Pre-Planning Hints

The Sauna should be planned for ultimate enjoyment and relaxation.

If possible, the space should be large enough for adequate seating and reclining. As a guide, allow 2' of bench space per person, for sitting purposes; it is necessary to have a 6' long bench to accommodate a reclining bather. Bench widths should be 20" for an upper bench, and about 16" for a lower bench. Do not plan a Sauna with angles (which will cut bench space and add wasted cubic footage. Two levels of benches are very important in a good Sauna-the upper bench is necessary to make use of the heat (which rises to the ceiling level). The lower bench can be used as a step up to the upper bench or as a sitting bench at the lower temperature level. For complete relaxation, a small dressing room with cooling bench or benches should be located next to the Sauna. This room might also be used as a combination cooling/exercise area.  

Sauna Door

The Sauna door must open out and it should have no lock. It should be only 24" wide to prevent unnecessary loss of heat and warpage. The door should not open directly into a spa area, as chlorinated humidity will rust the hinges and warp the door. Do not put a handicapped door (36") on a Sauna unless the room is large enough to accommodate the movement of a wheelchair, with proper ramp and grab bar. (The metal wheelchair will get hot and will be uncomfortable for the operator. An attendant is necessary when a Sauna is intended for handicapped usage.)

The Importance of a Shower
As a Sauna is a deep cleansing bath which opens pores and flushes out the body's impurities, it is necessary to use soap and water in a shower to rinse off this waste. For convenience, a shower should be located near the Sauna. However, do not put a shower head in the actual Sauna room as the humidity from the shower can harm the electric components in the Sauna heater. If a Sauna is located close to a pool or spa, a dressing room should be designed between the two areas to keep harmful chlorine vapors and humidity from damaging electrical and metal parts in the Sauna heater.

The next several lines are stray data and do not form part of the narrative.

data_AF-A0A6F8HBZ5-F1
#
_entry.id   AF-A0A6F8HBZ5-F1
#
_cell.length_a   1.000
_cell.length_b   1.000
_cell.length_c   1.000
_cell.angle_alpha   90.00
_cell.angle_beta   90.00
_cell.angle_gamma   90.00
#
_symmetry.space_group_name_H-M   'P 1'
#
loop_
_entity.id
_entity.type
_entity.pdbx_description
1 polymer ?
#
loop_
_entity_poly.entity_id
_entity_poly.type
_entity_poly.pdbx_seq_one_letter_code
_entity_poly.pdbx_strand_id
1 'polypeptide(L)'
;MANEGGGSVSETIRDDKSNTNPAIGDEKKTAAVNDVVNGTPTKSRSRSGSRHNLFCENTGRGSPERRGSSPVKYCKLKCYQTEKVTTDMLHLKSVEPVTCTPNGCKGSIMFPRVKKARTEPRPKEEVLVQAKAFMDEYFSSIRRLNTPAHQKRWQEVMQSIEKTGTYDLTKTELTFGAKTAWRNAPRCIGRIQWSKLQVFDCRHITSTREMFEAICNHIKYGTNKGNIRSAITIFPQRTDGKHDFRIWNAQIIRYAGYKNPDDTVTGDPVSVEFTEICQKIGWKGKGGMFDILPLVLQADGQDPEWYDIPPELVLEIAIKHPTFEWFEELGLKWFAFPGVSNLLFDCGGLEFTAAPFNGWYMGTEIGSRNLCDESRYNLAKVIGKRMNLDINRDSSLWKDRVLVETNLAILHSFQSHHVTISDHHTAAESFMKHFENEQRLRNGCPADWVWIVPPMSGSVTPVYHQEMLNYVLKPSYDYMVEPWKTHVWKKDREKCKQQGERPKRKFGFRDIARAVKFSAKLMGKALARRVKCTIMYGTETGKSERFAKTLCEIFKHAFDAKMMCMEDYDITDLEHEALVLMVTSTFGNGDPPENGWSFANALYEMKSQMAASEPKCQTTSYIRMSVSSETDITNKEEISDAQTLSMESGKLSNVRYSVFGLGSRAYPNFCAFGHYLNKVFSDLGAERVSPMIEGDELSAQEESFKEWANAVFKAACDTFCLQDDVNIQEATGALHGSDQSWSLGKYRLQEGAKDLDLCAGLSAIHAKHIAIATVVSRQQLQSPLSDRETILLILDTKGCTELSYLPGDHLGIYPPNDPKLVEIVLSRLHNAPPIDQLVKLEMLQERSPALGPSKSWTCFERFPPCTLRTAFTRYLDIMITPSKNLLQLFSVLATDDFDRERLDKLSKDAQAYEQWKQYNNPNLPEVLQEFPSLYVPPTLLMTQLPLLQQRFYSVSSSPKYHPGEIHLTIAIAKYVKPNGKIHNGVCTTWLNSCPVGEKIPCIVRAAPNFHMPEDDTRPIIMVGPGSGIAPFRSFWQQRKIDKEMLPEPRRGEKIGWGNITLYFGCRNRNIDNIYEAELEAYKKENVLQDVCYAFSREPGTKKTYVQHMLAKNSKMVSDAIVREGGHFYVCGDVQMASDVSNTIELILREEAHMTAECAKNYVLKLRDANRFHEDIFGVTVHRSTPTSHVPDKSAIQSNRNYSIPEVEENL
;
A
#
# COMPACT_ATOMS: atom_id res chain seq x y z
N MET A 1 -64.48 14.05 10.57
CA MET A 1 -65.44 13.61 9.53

Venting is not required for any safety reasons but it does make the Sauna atmosphere more comfortable. We always supply vents for all of our Sauna packages. A vent is really just a hole in the wall leading from the Sauna to some other adjoining room in the house. It's best to have a lower (intake) vent and an upper (exhaust) vent in a Sauna to provide for good air circulation. The lower vent brings air in for a comfortable atmosphere, and the upper vent dispels used air. The lower vent should be placed about 4" from the floor, close to the Sauna heater if possible, to allow cooler air to flow through the heater and enable it to function better. The upper vent can be anywhere; it can be as low as 24" from the floor but usually it is placed about 6" from the ceiling level. Do not place the upper vent directly above the Sauna heater. Ductwork for the vents is not necessary. The Sauna usually vents to air from inside the house. You may vent to outside air if you desire, but heat up time may take a little longer due to the draw of cooler outside air. When both vents are open, air changes 4 to 6 times per hour. For faster heating, the upper vent should be closed when the Sauna is heating. The rough opening size for our standard vents is 4” x 10”.

Ceiling Height Should Be 7' To Allow Enough Heat at Bench and Head Levels
It's important to reduce Sauna room height from a standard ceiling height of 8' to the Sauna norm of 7' from the finished floor. (Sauna ceiling can also be as low as 6' 2".) An 8' ceiling wastes heat, energy and building material; and it increases the heating time. The diagram below shows the variance of temperature at various levels in the Sauna room.

Sauna Temperature Comparisons
The importance of lowering the Sauna ceiling from 8' to 7' is shown in the following temperature comparison chart: Notice that the Sauna room temperature is 20 degrees cooler at the upper bench level and at the bather's head level in the Sauna with the improper ceiling height of 8'. As the heat rises from floor to ceiling, there is too much wasted heat at the upper ceiling level and not enough heat at the bench levels where the bathers sit or lie.

Correct Use of Space
Below is an example of the importance of pre-planning when designing a Sauna. Plan A and B have exact shape and size. Plan A uses the entire space as a Sauna, resulting in benches with little seating space and no reclining area. There is too much walking area-with a waste of space, building material and efficiency. Plan B creates 2 useable rooms from the same space, allows a Sauna with a more comfortable bench area, and leaves necessary walking space. The linen closet is a bonus.


Contact Country Saunas with any other questions or comments you may have about any of our products or adding a sauna to your home.